Back in my original group we were shown the very good and sometimes hilarious documentary “the Serengeti shall never die” by the late and very famous German documentary maker Bernhard Grzimek. The film was made in the late 50s and showed him and his son trying to document the animal behavior in the Serengeti from a small plane that they had painted in zebra stripes, and it was an early and correct estimation of the future of the land and its population given the industrial revolution and increase in human population. This documentary is highly recommendable as it showed exactly what we saw, gave great information that wasn’t dated at all despite its age, and above all had a good entertainment factor because of its cheesy music and some attempted ‘storylines’ and re-enactments. Watch it!


Grzimek is widely popular here, he and his son who died during the making of the documentary both have a memorial in the park, it seems that their research was way ahead of its time.
I also learned useful stuff like how to catch a zebra: tire it out by chasing it for three minutes and then simply pull its tail (ideally wearing gloves as the tail hair can cut into your hands). Good to know!

By the late afternoon I had already decided that this was the best day ever but it got even better. We passed a tree that had 11 lion cubs in it and a bunch of others along with three lionesses on the ground near it. Eleven!!! They even did us favors by clumsily climbing all over each other, yawning or stretching and posing right in front of our jeep on the road.

Afterward two young elephants charged at us, what a thrill. I saw our driver get nervous, when we sped off the elephants kept chasing, and they were fast.

Then we had a leopard walk at the side of the road along the jeep for 10 minutes until he got tired of us and climbed up a tree. Yet another leopard was sitting in another tree next to him. We were treated to jackals chasing warthogs, vervet monkeys looking cute, giraffes running along the jeep and baboons picking their noses. Dik diks, gazelles, zebras and wildebeest were hanging out everywhere. Hippos were grunting and various birds showed their wings. All of this in one hour. It was too good to be true, it certainly topped Kruger National Park for beauty.

The Serengeti (TZ)

In the morning we transferred our day bags and some supplies into jeeps and headed off to the Serengeti. The Serengeti is the typical image you have of Africa; a ginormous plain with tons of animals that are migrating in uncountable amounts. In the dry season the land is red and pretty much dead but we are still in the rainy season so everything was green and there were many watering holes.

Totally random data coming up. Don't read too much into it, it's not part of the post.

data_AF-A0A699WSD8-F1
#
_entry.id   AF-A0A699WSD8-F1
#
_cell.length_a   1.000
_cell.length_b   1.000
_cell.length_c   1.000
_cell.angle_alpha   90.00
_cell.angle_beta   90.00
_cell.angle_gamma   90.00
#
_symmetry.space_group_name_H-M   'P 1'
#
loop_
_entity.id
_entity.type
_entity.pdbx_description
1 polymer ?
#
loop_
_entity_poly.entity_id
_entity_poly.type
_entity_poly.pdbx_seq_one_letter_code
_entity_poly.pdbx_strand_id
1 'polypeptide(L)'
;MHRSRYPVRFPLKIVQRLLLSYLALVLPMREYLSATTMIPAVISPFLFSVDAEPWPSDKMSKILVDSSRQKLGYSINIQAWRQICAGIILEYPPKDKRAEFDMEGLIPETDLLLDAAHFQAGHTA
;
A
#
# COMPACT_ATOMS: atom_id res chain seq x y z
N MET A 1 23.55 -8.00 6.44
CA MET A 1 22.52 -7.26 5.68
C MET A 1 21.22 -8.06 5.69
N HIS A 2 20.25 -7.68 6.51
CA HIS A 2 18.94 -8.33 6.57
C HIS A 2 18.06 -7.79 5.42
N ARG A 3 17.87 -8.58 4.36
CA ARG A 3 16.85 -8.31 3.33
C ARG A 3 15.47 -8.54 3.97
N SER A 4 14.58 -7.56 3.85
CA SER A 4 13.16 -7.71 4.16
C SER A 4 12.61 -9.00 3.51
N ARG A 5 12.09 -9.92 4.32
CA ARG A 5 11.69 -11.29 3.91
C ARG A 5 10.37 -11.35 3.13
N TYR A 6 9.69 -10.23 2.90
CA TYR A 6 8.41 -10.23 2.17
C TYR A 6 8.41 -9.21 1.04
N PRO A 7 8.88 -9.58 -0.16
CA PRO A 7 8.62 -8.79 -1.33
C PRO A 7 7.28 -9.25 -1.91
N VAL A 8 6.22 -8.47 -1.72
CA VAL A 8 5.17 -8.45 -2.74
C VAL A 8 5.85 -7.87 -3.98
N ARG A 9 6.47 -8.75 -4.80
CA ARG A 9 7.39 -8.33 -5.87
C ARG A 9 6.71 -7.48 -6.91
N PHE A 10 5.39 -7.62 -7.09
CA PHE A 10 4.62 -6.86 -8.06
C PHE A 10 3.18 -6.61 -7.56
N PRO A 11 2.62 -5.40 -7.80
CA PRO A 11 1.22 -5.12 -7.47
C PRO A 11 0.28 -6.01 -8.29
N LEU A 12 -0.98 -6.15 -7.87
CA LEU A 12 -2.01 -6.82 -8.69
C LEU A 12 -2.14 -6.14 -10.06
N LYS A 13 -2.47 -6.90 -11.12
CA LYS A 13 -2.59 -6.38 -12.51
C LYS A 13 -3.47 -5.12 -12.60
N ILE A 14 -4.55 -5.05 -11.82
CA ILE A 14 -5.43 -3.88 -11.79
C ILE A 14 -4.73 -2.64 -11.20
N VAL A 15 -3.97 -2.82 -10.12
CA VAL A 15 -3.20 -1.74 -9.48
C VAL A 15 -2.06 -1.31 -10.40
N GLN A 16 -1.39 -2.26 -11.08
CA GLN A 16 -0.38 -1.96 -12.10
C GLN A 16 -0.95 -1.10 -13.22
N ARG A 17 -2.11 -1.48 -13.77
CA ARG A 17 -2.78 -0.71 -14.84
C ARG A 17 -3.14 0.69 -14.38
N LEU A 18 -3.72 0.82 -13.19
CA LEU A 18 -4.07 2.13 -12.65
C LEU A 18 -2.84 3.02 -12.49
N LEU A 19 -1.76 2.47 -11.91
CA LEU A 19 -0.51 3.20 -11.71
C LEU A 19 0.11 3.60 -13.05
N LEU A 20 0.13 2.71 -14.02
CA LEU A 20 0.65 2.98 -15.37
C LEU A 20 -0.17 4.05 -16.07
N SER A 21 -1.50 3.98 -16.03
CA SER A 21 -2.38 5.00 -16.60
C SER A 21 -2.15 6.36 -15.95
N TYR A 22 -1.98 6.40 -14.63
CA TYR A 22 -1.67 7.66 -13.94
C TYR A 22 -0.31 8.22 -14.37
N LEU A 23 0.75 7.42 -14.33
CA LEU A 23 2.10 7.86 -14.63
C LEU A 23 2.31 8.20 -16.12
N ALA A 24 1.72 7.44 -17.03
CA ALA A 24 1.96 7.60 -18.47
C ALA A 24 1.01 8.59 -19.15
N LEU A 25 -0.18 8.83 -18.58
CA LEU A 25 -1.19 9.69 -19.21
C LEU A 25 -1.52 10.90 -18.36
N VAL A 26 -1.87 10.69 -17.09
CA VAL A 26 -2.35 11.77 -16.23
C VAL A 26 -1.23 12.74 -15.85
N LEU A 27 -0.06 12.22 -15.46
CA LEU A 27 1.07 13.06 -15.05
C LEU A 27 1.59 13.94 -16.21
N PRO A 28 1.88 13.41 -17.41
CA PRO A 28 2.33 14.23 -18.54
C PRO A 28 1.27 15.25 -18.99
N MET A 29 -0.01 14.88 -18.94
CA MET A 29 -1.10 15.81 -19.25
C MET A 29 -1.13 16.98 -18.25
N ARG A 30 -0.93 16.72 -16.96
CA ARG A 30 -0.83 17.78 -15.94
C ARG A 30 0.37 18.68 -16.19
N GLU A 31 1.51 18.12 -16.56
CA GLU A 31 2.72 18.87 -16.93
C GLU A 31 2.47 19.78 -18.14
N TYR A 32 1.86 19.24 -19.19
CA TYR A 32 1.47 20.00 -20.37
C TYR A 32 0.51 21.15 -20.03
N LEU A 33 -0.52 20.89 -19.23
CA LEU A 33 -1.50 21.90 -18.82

The Serengeti has been turned into a huge National Park in the 50s and it’s one of the 7 world wonders. The land goes on for miles and at dusk or dawn you get fantastic views with animals in the distance, a lone tree standing around somewhere and dramatic sky colors. There are about 800,000 Masai warriors left in Kenya and Tanzania and about a third of them live in and around the Serengeti. You can see them walking herds of cattle as in fact that’s all they do, they are shepards and they start at age 5. It’s another famous African image, two or three masai wearing the traditional red and blue blankets and carrying a long stick and not much else. They don’t live modern lives, they eat raw meat and drink cow blood (for which they simply open a vein on a live cow) but they only accept having their picture taken if you give them US$.
We passed many masai, all seemingly alone with hundreds of cows, none of them with any obvious destination or worries about the wild animals around them. We also passed a bunch of masai boys who had just completed the ‘becoming men’ procedure; i.e. circumcision (at the age of 13, and in silence!), this we knew as they had their faces painted in white and they were in a celebratory mood.
Other than the masai we only saw animals in the park and lots of them. It is low season here, I don’t want to imagine the Serengeti at high season with thousands of jeeps.

 

Of the famous migration we actually only saw the wildebeest (gnus) and buffalos, and it seemed that they were walking single file for miles. Still an amazing sight. We had another long day of game drives ahead of us and even if it initially always feels like overkill the entire time in the Serengeti turned out to be awesome. Game driving can kill endless amounts of time and it’s never boring even if you see the same animals over and over again. I could go into detail about it but it would probably be a boring read. My photos also don’t do this place justice and unfortunately both my cameras ran out of batteries on day 2. My personal highlights on this day were hyenas which I hadn’t seen until then, and not just one but two leopards up on trees that we watched up close for a while.

Photo

Wildebeest migration (single file)

Hyenas

 

We set up camp in the middle of the Serengeti among all the animals. Obviously they were not exactly standing by to watch this but we did get visits from hyenas at night, a snake tried to get into my tent from underneath and we heard the lions roar nearby. There were squat toilets and basic showers available and at night I wasn’t the only one who made use of them. On previous trips passengers had to lock themselves into those showers as on their attempted return to the tent they noticed leopards hiding in the bushes. We were told to flash our surroundings in search for eyes and potentially take blank photos to scare animals off. I did not get eaten on this trip.